The district court considered all twelve of the Johnson factors in its opinion. It devoted most attention to the first Johnson factor concerning the time and labor reasonably required to render services. The court concluded that Lewis had failed to exercise reasonable billing judgment and reduced Lewis' billed hours. It carefully discussed each reduction. We find the analysis in the opinion extremely thorough and its factual underpinnings entirely free of clear error.
In addressing each Johnson factor and its relevancy to the case, the court permissibly dismissed a number of factors without discussing them in depth, including one of the considerations which Brantley now asserts was vital to her claim. Rather than articulate an analysis, the court merely concluded that the tenth factor--undesirability of the case--was not relevant. In considering the sixth factor, the district court recognized that, since Brantley was proceeding in forma pauperis, counsel had to be compensated from a recovery or an award of fees.
After articulating every Johnson factor and making findings on each, the court concluded that it should not adjust the hourly calculation either upward or downward because the result compared very favorably with awards made and hourly rates used in other similar cases. In view of this finding and in the absence of any specific showing to the contrary, we assume that the court gave full consideration in distilling its ultimate conclusion to the contingent nature of counsel's compensation. We further assume that the court found no basis in the record for Brantley's contention that this contest of a teacher's discharge for enrolling her child in a private school was the sort of undesirable lawsuit that should result in enhancement of a fee award. Neither determination was shown to be clearly erroneous.
A district court cannot be expected to anticipate every conceivable argument that might be raised under each of the twelve Johnson factors and to make findings that will respond to them. The court's opinion in this case evinces consideration of each factor--albeit in some instances, by no more than a statement that a particular factor is irrelevant. This is sufficient here because we can say the overall fee calculation meets the Supreme Court's guidelines in Blum and Hensley.
The school district argues that the fee award is disproportionate and unreasonable in relation to the results obtained and that the award is greatly in excess of the amount charged by its own attorneys, who billed only $7,923.50 for their opposing work in the same court. Neither of these considerations are grounds for automatically reducing a district court's fee award. Attorney's fees under Sec. 1988 are not limited to the amount recovered by the plaintiff. Harkless v. Sweeny Independent School District, 608 F.2d 594, 598 (5th Cir.1979). Although the fee award is nearly two times as large as the damages Brantley recovered, there is no rule of proportionality between fee awards under Sec. 1988 and the amount of damages a civil rights plaintiff actually recovers. City of Riverside v. Rivera, --- U.S. ----, 106 S.Ct. 2686, 91 L.Ed.2d 466 (1986) (attorneys received seven times as much in fees as their clients recovered in damages). That the amount of the fee award exceeds the amount billed by opposing counsel is also not determinative.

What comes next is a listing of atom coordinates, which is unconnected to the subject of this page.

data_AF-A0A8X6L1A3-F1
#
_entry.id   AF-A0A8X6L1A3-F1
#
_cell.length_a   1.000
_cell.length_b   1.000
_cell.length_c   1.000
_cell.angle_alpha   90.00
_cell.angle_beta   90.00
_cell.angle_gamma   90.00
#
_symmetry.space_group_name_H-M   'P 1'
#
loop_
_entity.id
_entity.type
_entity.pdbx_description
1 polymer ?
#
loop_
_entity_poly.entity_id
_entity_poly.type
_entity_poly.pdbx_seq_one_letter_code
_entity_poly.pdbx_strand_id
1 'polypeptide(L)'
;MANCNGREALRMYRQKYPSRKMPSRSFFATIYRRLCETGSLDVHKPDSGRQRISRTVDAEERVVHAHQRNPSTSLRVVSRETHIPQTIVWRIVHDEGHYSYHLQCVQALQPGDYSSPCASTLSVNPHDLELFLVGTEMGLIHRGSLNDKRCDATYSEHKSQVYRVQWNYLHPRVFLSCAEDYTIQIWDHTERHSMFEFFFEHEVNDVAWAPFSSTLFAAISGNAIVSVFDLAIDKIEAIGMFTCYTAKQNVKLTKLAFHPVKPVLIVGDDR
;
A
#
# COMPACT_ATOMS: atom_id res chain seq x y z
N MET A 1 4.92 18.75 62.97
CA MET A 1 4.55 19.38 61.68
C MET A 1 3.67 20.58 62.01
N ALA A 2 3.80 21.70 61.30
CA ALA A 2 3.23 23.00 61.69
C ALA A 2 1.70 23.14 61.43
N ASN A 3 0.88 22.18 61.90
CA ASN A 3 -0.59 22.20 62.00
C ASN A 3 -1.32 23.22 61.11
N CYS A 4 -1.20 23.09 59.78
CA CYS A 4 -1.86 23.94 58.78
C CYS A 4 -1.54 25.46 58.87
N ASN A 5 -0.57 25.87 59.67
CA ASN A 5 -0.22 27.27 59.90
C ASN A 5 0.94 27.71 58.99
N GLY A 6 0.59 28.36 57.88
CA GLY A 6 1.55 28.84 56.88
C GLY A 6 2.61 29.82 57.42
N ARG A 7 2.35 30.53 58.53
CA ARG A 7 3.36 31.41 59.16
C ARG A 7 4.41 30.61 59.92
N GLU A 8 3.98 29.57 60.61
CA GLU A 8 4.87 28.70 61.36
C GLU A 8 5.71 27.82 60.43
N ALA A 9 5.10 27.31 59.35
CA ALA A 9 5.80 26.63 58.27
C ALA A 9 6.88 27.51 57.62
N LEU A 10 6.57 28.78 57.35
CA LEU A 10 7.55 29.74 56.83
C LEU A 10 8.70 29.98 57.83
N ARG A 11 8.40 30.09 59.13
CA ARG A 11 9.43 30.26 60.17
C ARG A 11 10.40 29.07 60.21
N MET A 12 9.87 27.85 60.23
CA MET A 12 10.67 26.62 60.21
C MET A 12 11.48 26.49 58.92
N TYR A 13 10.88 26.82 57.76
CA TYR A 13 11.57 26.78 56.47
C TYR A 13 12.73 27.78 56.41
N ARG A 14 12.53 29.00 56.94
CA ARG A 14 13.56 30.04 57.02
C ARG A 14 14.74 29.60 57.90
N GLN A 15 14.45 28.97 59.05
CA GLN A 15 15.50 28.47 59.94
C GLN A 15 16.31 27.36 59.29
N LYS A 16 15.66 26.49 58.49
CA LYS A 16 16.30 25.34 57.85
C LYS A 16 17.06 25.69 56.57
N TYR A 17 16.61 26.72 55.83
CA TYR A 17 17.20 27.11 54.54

To arrive at a reasonable fee, the court pared the hours submitted by Lewis by more than half, and the $75 hourly rate of compensation it used was within the range normally allowed in the district. The court was impressed with Lewis' diligent efforts for his client, particularly the fact that Lewis was successful two times in reversing the district court. The school district offers no suggestions for specific reductions, rather it relies on the notion that the awarded fee is unreasonable.
While specific findings on individual Johnson factors involve fact determinations reversible under the clearly erroneous standard of Fed.R.Civ.P. 52, the ultimate determination of the amount of the award is a matter within the sound discretion of the district court. Johnson, 488 F.2d at 717. We find no clearly erroneous factual determinations and no abuse of discretion.
In sum, we decline to adjust the computation of Brantley's backpay award, we reject Brantley's contention that she should be further compensated for "loss" of retirement benefits, and we conclude that the district court's calculation of a reasonable attorney's fee was not an abuse of discretion.
The Supreme Court has recently asked for further argument regarding the use of multipliers or enhancement of the lodestar based on the risk of losing. See Pennsylvania v. Delaware Valley Citizens Council for Clean Air, --- U.S. ----, 106 S.Ct. 3088, 3100, 92 L.Ed.2d 439 (1986). Any ruling on the propriety of using multipliers to increase an award does not effect our ruling in the case at bar